Sexual coercion is the use of pressure, threats, or emotional manipulation to get someone to do something that they don’t want to do.
Consent is a voluntary agreement to engage in sexual activity. In Canada, if someone is coerced into saying yes to sexual activity then that consent is not valid. A popular misconception is that sexual assault is violent and happens through the use of force or by physically overpowering someone. However, coercion is more commonly used to facilitate sexual violence.
Examples of coercive behaviours include:
- Pressuring and Badgering
- Asking for sex repeatedly – Please, come on, I really like you, I need this.
- What are you waiting for? Don’t be such a prude. Everyone our age is having sex.
- Come on now, you gave me the impression that you wanted to have sex.
- It is your duty as my wife to have sex with me.
- Threats and Intimidations
- If you don’t have sex with me, I will harm you/harm the children/harm the pets.
- Shouting, screaming, breaking things.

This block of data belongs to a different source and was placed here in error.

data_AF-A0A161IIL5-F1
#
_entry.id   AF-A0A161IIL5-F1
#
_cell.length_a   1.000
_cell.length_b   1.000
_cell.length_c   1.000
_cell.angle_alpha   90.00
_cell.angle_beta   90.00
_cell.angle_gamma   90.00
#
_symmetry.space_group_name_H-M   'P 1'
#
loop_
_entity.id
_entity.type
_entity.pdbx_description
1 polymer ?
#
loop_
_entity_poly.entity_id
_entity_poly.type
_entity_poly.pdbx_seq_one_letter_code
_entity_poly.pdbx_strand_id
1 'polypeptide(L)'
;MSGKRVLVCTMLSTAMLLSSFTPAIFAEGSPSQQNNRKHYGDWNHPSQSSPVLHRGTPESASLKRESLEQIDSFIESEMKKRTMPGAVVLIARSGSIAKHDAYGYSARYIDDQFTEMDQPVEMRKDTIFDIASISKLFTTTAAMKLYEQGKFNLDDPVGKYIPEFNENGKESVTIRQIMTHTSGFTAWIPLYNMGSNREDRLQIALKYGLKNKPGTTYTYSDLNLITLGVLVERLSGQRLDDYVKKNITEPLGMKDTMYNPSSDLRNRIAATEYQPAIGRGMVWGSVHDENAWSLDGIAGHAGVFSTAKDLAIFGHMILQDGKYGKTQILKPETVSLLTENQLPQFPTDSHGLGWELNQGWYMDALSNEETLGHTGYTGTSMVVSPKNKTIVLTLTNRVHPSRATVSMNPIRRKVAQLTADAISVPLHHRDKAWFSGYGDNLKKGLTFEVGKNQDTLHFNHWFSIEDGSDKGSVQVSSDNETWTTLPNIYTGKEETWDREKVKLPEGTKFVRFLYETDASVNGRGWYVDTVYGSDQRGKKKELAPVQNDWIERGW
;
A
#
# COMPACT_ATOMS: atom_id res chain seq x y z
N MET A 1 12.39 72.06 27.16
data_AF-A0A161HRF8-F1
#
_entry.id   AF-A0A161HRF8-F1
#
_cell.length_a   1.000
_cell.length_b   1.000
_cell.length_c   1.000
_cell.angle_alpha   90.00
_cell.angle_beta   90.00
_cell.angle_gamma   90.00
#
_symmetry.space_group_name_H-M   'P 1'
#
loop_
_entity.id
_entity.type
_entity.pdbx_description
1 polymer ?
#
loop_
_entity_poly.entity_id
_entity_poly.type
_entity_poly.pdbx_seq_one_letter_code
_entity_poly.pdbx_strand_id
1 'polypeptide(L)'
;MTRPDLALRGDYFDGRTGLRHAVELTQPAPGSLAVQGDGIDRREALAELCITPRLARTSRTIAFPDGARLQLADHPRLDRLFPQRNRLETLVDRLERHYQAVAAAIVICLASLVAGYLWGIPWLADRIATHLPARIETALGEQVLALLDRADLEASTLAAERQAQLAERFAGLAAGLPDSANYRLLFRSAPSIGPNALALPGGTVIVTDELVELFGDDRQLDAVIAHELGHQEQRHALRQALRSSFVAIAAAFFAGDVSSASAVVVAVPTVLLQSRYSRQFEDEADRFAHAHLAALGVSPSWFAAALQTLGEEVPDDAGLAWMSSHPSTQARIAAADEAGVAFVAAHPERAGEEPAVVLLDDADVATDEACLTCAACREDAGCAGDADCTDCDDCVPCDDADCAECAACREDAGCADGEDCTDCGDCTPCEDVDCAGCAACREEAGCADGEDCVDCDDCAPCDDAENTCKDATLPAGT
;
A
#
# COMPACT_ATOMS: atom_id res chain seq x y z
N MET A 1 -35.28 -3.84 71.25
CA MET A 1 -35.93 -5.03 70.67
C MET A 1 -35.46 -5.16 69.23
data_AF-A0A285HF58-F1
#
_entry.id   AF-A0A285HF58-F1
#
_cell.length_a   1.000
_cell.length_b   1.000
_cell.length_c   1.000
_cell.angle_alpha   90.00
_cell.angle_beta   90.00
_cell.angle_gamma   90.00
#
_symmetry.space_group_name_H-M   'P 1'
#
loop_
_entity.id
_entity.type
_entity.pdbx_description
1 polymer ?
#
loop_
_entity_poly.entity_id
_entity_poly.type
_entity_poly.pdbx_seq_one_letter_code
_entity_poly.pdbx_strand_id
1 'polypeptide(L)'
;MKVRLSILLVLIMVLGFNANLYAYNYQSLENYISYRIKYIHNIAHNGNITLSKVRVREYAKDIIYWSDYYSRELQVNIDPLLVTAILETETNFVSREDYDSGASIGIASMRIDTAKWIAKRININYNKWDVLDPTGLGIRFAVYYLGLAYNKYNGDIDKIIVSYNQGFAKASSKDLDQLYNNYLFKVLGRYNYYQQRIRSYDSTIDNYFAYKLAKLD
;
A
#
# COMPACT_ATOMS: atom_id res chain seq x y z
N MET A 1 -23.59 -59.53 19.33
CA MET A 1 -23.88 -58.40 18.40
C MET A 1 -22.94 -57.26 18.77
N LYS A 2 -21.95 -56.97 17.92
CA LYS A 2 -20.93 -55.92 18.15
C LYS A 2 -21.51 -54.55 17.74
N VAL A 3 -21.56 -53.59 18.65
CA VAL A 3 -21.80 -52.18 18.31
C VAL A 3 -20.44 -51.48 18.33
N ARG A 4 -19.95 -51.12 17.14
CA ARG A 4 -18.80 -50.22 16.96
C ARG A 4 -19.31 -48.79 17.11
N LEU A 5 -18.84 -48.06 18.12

- Using their physical presence to intimidate or block movement.
- Emotional Manipulation and Guilt-tripping
- If you don’t have sex with me, I will break up with you.
- If you don’t have sex with me, I will tell your family that you are gay.
- If you don’t have sex with me, I will send nude photos of you to your parents.
- You must not love me as much as you say you do. You would do this if you loved me.
Those who experience sexual coercion may know that what happened wasn’t right, however, they may be hesitant to call it sexual assault. Coercion often leaves people who have experienced sexual assault feeling like they consented and therefore, are somehow responsible for what happened.
But remember consent is voluntary – meaning that someone says yes to sexual activity because they want to. Those who experience sexual assault are never to blame. Those who choose to use sexually coercive or abusive behaviours to force others into unwanted sexual activity are responsible for their actions.